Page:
With help from Lauraine Genota
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BIDEN ADMINISTRATION ESCALATES FIGHT WITH GOP GOVERNORS OVER BANS ON MASKS IN SCHOOLS: The Biden administration is stepping up its criticism of Republican governors in states like Texas and Florida for bucking federal public health guidance, as classes resume in much of the country — and as coronavirus case counts continue to swell.
— The Centers for Disease Control and Prevention and the American Academy of Pediatrics have both recommended that students wear masks on campus in to mitigate the spread of the Delta variant of Covid. And administration officials, including Education Secretary Miguel Cardona, have for weeks been critical of states that have prohibited school districts from requiring students to wear masks in the classroom.
— Now, the administration is now taking a more muscular approach. The Education Department on Friday announced it would allow federal resources to help school teachers and school boards that defy statewide prohibitions on masking.
And over the weekend, the White House said President Joe Biden had personally called school officials in Arizona and Florida who chose to defy their respective governors by implementing indoor mask mandates in their classrooms.
— In separate calls, Biden praised Phoenix Union High School District superintendent Chad Gestson and Broward County Schools interim superintendent Vickie Cartwright for their “leadership and courage to do the right thing,” a White House official said.
— In a letter to Florida Gov. Ron DeSantis, Cardona wrote that he was “deeply concerned” by the state’s efforts to prevent schools from requiring masks. He said federal Covid relief dollars are available to pay the salaries of educators, school board members and superintendents at schools that choose to require masks if the state revokes funding, as DeSantis has threatened. Andrew Atterbury has more.
— Cardona over the weekend tweeted out his letter to Florida officials, adding: “We. Must. Protect. Children.”
— In a similar missive to Texas Gov. Greg Abbott, Cardona said that state’s prohibition on mask mandates “may infringe upon a school district’s authority to adopt policies to protect students and educators as they develop their safe return to in-person instruction plans required by Federal law.” He added that federal relief dollars could be used by school districts “for contact tracing, implementing indoor masking policies, or other policies aligned with CDC guidance.”
— The Texas Supreme Court on Sunday sided with Abbott, temporarily halting two lower court rulings that had tossed out his statewide ban on mask mandates. The orders stop two counties — Dallas County and Bexar County, where San Antonio is located — from imposing mask mandates in schools.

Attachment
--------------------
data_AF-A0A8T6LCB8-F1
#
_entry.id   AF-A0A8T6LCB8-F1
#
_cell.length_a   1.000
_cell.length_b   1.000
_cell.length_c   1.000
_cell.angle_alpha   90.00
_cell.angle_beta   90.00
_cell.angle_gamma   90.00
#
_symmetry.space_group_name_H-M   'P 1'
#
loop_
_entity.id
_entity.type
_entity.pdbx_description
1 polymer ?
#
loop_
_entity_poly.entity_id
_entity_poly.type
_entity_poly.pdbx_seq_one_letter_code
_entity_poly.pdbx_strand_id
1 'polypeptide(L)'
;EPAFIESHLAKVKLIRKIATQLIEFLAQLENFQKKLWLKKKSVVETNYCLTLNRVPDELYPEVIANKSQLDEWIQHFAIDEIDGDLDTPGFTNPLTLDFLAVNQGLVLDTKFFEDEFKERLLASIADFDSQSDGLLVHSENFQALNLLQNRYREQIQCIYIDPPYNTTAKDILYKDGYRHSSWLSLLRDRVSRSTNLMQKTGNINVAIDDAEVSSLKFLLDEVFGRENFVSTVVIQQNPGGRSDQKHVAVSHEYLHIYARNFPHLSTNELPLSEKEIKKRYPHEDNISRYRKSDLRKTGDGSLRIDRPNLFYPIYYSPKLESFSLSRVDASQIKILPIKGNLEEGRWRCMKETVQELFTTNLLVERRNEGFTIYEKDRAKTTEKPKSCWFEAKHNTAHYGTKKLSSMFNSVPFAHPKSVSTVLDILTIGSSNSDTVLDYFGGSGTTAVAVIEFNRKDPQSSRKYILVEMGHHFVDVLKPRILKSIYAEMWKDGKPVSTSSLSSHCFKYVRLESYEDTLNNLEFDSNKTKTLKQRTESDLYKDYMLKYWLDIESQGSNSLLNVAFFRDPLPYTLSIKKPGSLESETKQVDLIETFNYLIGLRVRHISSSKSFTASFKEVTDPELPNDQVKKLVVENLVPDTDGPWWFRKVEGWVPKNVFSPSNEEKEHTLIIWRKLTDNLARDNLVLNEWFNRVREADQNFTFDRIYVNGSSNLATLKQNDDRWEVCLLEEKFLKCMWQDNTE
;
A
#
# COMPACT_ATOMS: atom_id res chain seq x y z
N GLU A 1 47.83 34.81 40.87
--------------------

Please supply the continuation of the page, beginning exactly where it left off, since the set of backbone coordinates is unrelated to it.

—“The ban doesn’t prohibit using masks,” Abbott tweeted on Sunday. “Anyone who wants to wear a mask can do so, including in schools.”
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HOUSE PLOTS PATH FORWARD ON BUDGET RESOLUTION: House Speaker Nancy Pelosi detailed on Sunday how she plans to move ahead on her party’s $3.5 trillion partisan budget resolution, as moderate Democrats threaten to to sink it unless the House first passes the bipartisan infrastructure deal.
— Pelosi suggested that the House would take a single procedural vote next week to advance both the bipartisan infrastructure package and the budget resolution. The budget resolution unlocks the reconciliation tool that Democrats are planning to use to pass large swaths of Biden’s domestic agenda, including his major education priorities, without needing GOP votes.
— “Our goal is to pass the budget resolution the week of August 23 so that we may pass Democrats’ Build Back Better agenda via reconciliation as soon as possible,” Pelosi said in a letter.
— But passing the budget resolution is the easy part, relatively speaking. In the coming weeks, the various congressional committees will race to flesh out the Democratic spending bill’s details. As part of that, they’ll need to hash out the minutia behind sweeping new education policies, such as free community college, universal pre-K, and new programs to support historically Black and other minority-serving institutions.
— The Senate-passed budget resolution last week directs the Senate HELP Committee to come up with legislative proposals that cost $726 billion over the next decade. The House education committee, under the resolution, would be charged with coming up with policies that cost $779.5 billion.
— Expect some major negotiating in the coming weeks over how much funding Democrats’ education priorities should get, and for how many years. The budget resolution sets a non-binding Sept. 15 deadline for the committees to complete their work.